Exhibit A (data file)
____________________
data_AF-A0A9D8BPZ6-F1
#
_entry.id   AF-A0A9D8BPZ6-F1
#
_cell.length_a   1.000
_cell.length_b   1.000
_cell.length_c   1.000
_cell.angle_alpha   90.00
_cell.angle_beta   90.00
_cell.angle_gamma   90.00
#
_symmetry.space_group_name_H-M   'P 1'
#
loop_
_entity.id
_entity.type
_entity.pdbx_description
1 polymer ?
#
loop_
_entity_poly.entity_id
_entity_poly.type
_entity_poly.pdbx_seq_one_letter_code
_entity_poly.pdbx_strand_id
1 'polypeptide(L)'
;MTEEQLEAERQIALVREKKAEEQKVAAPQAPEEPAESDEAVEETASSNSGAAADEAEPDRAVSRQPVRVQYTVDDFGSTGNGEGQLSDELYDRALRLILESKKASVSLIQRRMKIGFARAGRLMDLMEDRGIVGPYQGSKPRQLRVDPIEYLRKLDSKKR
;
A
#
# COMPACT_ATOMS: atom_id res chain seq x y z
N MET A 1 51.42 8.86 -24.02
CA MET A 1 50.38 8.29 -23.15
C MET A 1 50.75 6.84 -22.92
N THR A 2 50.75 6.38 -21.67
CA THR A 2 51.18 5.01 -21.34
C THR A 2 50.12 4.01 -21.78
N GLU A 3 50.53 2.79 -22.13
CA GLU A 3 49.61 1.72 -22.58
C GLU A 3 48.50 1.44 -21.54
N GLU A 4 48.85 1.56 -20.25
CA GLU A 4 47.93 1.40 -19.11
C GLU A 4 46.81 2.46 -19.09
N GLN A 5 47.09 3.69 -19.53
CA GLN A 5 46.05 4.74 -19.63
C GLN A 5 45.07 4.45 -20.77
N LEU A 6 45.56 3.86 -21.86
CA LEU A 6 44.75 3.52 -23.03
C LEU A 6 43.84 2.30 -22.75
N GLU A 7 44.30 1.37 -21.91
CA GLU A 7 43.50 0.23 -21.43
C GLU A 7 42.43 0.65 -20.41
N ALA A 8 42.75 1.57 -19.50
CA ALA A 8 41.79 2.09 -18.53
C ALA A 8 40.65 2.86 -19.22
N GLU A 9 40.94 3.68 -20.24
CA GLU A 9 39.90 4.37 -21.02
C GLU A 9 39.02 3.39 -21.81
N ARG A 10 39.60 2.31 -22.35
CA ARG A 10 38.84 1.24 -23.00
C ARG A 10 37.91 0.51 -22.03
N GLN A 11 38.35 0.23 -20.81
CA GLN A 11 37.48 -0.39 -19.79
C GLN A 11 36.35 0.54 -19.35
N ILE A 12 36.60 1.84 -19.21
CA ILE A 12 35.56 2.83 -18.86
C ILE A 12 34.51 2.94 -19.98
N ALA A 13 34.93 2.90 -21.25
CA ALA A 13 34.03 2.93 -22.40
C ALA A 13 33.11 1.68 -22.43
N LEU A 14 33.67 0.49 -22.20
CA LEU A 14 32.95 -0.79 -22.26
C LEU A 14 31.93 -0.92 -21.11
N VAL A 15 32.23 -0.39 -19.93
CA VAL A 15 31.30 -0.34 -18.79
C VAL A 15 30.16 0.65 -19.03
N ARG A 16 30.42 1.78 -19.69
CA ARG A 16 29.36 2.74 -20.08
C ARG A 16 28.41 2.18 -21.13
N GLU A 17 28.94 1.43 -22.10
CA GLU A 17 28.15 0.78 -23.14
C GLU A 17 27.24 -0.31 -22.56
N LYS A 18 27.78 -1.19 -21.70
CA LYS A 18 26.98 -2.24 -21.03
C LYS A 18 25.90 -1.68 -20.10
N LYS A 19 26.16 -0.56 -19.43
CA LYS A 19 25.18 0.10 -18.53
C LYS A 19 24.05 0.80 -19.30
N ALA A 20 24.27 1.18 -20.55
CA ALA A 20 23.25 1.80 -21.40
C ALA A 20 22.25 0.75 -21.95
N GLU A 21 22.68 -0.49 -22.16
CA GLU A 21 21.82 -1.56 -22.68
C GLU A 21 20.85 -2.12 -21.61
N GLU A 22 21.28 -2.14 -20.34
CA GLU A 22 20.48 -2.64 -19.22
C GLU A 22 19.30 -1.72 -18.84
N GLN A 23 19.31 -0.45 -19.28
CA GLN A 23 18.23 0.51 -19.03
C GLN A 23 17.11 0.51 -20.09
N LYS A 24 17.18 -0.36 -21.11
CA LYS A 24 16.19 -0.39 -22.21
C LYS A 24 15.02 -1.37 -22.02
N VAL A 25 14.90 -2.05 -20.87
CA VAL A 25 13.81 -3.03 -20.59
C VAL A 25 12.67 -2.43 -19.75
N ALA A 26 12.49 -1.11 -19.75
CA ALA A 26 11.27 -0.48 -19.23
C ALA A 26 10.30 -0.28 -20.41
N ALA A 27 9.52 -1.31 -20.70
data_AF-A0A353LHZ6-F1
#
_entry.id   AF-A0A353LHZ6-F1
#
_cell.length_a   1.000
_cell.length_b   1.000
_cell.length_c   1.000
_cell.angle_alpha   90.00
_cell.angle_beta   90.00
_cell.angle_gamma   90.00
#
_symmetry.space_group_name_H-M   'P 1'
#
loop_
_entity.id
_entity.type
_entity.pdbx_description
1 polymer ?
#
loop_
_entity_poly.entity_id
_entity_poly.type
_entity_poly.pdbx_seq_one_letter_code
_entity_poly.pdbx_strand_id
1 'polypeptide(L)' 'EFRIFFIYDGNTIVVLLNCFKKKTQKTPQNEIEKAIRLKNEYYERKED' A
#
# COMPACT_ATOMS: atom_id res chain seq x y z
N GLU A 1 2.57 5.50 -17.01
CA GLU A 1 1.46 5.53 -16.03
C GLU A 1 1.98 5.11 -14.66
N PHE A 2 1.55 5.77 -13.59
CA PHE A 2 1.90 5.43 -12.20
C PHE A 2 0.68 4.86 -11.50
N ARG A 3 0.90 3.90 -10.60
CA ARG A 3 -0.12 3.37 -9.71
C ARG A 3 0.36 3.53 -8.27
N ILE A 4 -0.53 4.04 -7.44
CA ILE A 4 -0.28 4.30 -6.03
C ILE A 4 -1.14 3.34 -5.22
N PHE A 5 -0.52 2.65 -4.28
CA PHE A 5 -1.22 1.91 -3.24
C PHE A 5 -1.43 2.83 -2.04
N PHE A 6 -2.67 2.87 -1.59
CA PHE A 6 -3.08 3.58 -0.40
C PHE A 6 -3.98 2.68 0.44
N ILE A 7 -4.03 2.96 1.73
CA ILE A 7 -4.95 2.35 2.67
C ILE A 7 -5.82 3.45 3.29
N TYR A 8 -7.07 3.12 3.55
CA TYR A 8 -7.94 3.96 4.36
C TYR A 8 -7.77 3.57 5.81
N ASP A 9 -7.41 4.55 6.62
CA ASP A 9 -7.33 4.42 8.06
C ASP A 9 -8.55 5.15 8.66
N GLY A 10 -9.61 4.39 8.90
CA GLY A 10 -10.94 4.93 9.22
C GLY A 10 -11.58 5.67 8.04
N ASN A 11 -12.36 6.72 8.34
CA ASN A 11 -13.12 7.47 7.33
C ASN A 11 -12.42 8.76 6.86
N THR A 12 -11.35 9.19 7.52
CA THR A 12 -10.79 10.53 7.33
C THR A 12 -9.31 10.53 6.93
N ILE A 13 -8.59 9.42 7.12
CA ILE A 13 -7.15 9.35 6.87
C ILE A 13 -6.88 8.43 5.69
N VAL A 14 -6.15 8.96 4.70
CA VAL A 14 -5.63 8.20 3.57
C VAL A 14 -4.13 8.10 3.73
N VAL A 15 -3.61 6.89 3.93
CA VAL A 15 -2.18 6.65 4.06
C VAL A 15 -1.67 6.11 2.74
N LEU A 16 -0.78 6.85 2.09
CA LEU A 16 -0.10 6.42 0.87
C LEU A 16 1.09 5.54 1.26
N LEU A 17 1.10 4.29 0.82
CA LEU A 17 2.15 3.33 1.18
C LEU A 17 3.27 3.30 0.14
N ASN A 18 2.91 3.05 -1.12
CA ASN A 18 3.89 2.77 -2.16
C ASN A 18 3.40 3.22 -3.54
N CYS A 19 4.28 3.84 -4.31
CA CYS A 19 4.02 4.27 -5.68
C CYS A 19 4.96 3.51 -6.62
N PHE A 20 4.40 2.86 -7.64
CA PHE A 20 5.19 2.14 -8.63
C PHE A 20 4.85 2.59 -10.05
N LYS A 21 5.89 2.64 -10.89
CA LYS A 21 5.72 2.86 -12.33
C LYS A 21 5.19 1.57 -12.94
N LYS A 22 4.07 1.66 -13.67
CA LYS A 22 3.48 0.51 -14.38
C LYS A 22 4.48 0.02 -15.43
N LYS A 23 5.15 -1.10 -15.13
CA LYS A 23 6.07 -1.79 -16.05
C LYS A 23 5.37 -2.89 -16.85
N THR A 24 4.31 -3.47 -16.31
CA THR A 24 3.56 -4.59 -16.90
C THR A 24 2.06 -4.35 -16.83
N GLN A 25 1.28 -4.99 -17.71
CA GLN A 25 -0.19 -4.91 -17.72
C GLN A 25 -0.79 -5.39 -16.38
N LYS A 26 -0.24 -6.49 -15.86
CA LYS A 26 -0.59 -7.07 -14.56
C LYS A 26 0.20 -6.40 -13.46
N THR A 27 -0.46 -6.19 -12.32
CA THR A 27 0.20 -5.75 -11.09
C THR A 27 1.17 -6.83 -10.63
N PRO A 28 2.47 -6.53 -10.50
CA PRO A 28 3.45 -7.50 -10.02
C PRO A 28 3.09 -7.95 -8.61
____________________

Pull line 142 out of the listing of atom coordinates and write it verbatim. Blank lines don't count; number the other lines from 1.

C PHE A 2 0.68 4.86 -11.50